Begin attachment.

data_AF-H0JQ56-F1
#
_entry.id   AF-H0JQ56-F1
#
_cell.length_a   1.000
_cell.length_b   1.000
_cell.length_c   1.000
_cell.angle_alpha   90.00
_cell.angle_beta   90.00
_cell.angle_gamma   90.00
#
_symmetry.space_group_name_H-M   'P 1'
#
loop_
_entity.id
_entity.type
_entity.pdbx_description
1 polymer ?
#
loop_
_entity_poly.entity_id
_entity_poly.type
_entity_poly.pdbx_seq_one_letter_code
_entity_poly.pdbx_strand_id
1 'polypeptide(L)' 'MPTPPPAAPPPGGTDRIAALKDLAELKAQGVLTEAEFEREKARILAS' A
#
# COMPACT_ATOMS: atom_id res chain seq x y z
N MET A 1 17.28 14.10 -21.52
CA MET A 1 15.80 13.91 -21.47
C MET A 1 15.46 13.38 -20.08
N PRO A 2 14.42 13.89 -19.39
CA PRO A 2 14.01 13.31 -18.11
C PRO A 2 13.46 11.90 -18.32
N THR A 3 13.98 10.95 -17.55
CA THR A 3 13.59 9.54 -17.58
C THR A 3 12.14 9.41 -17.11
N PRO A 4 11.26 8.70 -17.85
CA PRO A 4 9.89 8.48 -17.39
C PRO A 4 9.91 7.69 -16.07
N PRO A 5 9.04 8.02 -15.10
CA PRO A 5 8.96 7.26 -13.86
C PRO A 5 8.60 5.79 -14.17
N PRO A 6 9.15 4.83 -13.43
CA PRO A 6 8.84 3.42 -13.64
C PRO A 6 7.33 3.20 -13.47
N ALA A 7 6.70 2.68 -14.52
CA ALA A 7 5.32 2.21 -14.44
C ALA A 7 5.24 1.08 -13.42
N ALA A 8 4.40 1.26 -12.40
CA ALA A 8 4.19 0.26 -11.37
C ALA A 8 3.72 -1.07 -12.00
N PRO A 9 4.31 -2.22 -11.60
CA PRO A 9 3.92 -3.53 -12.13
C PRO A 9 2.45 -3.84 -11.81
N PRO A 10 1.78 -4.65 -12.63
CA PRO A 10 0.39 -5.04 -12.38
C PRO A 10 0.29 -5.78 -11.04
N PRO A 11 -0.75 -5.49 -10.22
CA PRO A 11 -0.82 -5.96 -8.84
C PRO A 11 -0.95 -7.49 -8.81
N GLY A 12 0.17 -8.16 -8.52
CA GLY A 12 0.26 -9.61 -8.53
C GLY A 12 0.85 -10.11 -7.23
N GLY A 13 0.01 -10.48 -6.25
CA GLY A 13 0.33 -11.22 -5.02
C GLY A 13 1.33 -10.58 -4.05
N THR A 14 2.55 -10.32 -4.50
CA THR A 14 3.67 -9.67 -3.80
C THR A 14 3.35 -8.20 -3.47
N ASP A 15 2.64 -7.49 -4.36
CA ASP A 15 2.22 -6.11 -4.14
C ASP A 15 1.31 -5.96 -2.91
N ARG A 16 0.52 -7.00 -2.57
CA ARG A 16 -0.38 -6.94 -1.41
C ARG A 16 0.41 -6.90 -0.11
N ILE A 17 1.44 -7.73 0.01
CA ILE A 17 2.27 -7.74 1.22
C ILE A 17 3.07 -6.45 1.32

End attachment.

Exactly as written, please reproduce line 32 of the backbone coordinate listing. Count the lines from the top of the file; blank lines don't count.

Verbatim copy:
CA PRO A 2 14.01 13.31 -18.11